“Only 4 Percent of U.S. Adults Know That Buildings are Leading Source of U.S. Greenhouse Gas Emissions” according to a recent survey. The press release is here, but not the full report. I’m a little hesitant about posting this – a press release isn’t verified data – but the topic is so relevant to the armchair environmentalist that I’m going ahead.
SAN RAFAEL, Calif., Nov. 12 /PRNewswire-FirstCall/ — According to the American Institute of Architects (AIA), buildings are the leading source of greenhouse gas emissions in the United States, but in a new poll conducted by Harris Interactive and commissioned by Autodesk, Inc. (NASDAQ: ADSK), only 4 percent of U.S. Adults were aware of this fact. Autodesk, a leader of design innovation software and technologies, is one of more than 1,000 companies coming together in Boston at the 2008 Greenbuild International Conference and Expo to raise awareness about this important issue and present solutions to help the building industry decrease carbon emissions.
Here’s an extract from my book Eco Living, published in 2000, on just this subject:
The Energy-Efficient Home
Our buildings are the most wasteful energy users in industrial countries. Turning down the heat and insulating the attic may seem mundane, but these steps are important and there are many others that you can take.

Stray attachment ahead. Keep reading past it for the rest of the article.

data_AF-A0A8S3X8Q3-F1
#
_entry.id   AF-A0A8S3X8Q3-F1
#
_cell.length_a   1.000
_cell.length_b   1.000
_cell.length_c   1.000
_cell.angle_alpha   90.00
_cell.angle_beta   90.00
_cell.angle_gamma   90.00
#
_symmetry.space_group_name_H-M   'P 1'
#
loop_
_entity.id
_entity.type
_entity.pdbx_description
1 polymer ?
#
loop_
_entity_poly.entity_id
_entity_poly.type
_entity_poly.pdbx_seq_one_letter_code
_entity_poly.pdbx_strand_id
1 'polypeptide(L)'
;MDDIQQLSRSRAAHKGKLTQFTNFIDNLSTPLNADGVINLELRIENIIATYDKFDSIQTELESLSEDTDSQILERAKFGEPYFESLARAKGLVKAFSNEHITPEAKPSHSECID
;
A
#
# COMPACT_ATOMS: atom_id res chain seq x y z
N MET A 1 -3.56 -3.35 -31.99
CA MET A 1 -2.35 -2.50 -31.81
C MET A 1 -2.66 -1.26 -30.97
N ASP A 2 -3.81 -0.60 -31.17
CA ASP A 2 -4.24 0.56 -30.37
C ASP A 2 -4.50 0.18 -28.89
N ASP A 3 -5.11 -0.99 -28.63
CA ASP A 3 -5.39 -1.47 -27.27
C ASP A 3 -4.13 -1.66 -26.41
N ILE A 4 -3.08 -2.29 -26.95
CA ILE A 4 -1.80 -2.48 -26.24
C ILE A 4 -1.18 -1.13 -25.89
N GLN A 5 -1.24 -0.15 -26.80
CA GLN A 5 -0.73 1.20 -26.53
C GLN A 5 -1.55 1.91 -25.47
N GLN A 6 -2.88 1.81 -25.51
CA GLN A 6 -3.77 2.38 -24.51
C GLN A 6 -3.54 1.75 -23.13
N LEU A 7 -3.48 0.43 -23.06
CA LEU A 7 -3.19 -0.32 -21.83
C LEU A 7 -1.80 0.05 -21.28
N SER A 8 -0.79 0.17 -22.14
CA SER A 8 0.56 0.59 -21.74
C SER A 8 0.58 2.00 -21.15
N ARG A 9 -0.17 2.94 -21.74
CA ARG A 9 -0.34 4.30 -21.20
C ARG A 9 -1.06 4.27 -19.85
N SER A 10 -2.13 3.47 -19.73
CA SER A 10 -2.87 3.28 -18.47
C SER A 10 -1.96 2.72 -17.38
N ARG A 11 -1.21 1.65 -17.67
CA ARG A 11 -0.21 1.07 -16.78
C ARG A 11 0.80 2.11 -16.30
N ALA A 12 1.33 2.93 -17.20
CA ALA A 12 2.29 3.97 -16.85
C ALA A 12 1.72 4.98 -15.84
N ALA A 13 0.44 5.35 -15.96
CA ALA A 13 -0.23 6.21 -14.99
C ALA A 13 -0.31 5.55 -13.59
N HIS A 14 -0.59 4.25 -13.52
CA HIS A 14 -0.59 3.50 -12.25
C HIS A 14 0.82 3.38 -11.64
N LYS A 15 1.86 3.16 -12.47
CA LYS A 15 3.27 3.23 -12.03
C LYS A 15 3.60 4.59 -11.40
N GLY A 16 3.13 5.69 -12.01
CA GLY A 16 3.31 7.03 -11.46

Architects are increasingly conscious of energy efficient design. There are a number of model building projects around the country where energy use is as little as a quarter of that in similar but conventionally built houses, thanks to advance insulation and materials and careful orientation. We can also choose energy efficient appliances and products.
Better home insulation led to awareness of the dangers of combustion by products, which include formaldehyde, nitrogen dioxide, sulphur dioxide and a host of other vapours and gases, because in a well insulated house they invariably build up more than in a traditional draughty British home. Contrary to expectation, studies have found that colds and ’flu are less likely in draughty buildings. This may be because there is a build up of viruses in well-sealed buildings or because fresh air is needed to keep our immune systems functioning effectively (see also Chapter 4).
A high-tech super insulated building will need mechanical ventilation, and indoor air pollution control will be essential. Be especially careful to ensure that gas appliances have plenty of ventilation – to the outside! – while in operation. They must be correctly adjusted in order to burn efficiently. In the summer, a small ceiling fan helps to keep the place cool and in winter it circulates the warm air which would otherwise rise to the top of the room and stay there.
Tips for Reducing your Carbon Contribution
- Choose the smallest home that is reasonable for you or your family. Consider sharing or renting out excess space.
- Minimise your heating, cooling and hot water costs.
- Maintain efficient lighting and appliances.
- Use non-electrical equipment whenever possible.
- Buy certified organic produce (organic food is grown without energy-intensive chemicals).
- Plant trees, shrubs, flowers and vegetable (plants absorb carbon from the air).
- Use local shops and ask for locally grown products.
Choose a power company that offer renewable energy – more options are coming and Friends of the Earth can help now with a list of greener electricity companies (see Resources).